It was a year of things to be thankful for in my personal life, too.
A year after my mom got a serious cancer diagnosis and underwent a variety of treatments, surgeries and recoveries, we celebrated the news in February that she's living cancer-free.
My wife Kelly continued to thrive in her return to work and her resumption of travel and athletics, and we celebrate her constantly improving mastery of living with her medical condition, P.O.T.S.
I kept up a regular exercise program for much of the year, running a 5K in September. In August we made some changes around healthier cooking and eating at home that have been great. I didn't sustain my exercise in a heavy travel period at the end of the year (see above) and eating well while on the road is hard for me, so that's something I know I want to work on balancing better in 2015.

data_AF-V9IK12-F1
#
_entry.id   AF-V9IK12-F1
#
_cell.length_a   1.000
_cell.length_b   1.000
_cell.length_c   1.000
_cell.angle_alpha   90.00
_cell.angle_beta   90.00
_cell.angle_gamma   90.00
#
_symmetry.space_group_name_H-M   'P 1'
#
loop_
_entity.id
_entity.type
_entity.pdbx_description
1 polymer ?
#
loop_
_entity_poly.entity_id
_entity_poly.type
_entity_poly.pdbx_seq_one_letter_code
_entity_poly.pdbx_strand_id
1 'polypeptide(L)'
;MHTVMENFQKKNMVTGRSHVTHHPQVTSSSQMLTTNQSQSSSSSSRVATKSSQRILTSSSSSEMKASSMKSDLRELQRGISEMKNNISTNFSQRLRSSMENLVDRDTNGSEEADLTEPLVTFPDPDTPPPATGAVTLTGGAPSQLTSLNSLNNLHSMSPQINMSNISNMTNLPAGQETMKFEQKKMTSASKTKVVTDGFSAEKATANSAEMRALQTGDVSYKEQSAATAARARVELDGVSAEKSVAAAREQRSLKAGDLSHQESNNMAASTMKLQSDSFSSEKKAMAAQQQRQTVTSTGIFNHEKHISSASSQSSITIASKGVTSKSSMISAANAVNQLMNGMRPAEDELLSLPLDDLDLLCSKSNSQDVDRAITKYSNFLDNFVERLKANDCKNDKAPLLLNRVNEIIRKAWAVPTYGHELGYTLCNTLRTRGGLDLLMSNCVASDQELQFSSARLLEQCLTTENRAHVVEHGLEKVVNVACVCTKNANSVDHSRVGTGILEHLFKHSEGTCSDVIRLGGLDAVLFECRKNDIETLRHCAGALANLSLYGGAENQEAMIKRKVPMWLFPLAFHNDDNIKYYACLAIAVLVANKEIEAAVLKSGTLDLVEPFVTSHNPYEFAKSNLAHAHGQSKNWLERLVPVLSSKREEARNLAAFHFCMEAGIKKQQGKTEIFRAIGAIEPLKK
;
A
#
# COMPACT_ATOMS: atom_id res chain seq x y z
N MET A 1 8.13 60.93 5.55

Despite some humbling and consistent encouragement from various people in Richmond to go for it, I decided definitively that I wouldn't be seeking any local elected office in the 2015 election cycle. For now, I feel I'm personally able to do more good in other ways, and if in future years it seems that seeking office is the right thing to do, I'll revisit that then.
I spent a lot of time and energy trying to simplify my physical possessions early in the year, including getting rid of many of my books and increasing my paperless lifestyle. There's always more I can do, but I've been pleased with the sense of freedom that comes with owning and storing less stuff.